Nearly two decades after the show Seinfeld went off the air, the 90s sitcom seems to remain in our collective conscious as much as ever – not just for its characters like the Soup Nazi or its catchphrases like “double dipping” but also in the world of really dumb scams.
As fans of the show probably recall, a two-part episode called “The Bottle Deposit” from Seinfeld’s seventh season revolved around a plan cooked up by Kramer and Newman to make a profit from Michigan’s higher 10-cent bottle deposit refund rate by driving bottles in from New York where the refund is just 5 cents. Though the episode repeatedly harps on how difficult the task is to work out financially, what it doesn’t bring up is that such as scheme is also illegal. Michigan forbids people from knowingly trying to return bottles from another state.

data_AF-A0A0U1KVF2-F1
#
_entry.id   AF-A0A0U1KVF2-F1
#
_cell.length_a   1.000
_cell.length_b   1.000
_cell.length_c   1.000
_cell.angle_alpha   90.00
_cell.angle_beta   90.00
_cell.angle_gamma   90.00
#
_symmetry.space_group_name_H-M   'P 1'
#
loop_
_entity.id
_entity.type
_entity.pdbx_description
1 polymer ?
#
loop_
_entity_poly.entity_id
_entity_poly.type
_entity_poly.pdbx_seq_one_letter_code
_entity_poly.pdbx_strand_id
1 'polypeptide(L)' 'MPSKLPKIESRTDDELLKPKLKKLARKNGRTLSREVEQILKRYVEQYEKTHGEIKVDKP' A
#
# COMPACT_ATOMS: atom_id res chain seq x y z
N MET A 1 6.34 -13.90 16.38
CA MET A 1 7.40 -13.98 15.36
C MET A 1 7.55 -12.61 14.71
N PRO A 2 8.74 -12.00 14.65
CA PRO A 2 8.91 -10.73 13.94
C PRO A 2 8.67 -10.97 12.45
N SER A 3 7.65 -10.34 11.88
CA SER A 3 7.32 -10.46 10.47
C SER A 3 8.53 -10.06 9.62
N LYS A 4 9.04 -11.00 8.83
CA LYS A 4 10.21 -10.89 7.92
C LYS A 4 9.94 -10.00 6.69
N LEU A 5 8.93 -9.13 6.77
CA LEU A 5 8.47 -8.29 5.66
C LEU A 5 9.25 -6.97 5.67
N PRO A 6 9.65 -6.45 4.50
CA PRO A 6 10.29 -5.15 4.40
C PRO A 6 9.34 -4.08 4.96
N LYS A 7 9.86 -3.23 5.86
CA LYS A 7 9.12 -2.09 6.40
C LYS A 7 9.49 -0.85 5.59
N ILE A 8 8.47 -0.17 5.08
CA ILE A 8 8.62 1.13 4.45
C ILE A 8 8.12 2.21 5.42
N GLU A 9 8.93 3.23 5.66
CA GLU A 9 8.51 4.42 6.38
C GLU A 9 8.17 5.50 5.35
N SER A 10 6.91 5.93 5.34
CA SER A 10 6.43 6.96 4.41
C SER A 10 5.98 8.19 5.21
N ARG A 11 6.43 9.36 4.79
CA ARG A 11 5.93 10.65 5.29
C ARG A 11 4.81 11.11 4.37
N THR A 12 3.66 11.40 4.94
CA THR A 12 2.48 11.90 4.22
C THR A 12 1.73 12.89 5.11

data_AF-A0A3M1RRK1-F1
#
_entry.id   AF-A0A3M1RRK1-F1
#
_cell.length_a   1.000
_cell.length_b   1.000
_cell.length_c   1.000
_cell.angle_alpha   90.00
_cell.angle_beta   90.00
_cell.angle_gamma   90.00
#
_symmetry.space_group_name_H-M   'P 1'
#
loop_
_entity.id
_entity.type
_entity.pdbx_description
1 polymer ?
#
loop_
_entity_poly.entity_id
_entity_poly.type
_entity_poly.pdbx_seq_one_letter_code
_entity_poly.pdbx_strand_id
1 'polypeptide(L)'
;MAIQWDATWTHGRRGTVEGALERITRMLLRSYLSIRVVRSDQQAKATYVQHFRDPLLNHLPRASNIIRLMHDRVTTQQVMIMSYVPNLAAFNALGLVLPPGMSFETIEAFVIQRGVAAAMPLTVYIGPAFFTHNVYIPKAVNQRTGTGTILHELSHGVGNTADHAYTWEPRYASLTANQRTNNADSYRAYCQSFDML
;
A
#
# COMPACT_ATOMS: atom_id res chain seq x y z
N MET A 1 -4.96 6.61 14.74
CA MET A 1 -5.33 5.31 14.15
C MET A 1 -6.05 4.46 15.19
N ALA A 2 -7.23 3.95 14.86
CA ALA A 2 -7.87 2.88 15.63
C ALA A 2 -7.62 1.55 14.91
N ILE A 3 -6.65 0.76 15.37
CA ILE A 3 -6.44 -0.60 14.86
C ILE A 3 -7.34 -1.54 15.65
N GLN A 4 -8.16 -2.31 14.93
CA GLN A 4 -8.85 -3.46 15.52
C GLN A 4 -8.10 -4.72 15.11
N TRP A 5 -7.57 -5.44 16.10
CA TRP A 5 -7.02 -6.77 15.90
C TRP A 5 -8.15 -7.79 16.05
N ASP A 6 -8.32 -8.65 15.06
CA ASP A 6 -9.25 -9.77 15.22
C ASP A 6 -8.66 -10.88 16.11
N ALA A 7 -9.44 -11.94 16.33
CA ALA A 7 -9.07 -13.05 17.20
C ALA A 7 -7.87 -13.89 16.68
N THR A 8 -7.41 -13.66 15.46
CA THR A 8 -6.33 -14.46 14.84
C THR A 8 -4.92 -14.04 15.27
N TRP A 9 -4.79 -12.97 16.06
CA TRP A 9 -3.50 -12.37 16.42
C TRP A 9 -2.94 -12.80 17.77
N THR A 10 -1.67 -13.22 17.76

Brian Edward Everidge is learning this reality the hard way. According to the Livingston Daily, the Michigan resident will stand trial in the state after he was pulled over speeding and a police officer reportedly found over 10,000 cans in the Budget box truck he was driving. Officer Clifford Lyden testified that, at the time, Everidge admitted the cans were from Lexington, Kentucky. “He said his intent was to return them; he just didn’t say where he was going to return them,” Lyden was quoted as saying. The officer also said the defendant stated the plan was to get “deposit (money) he did not pay.”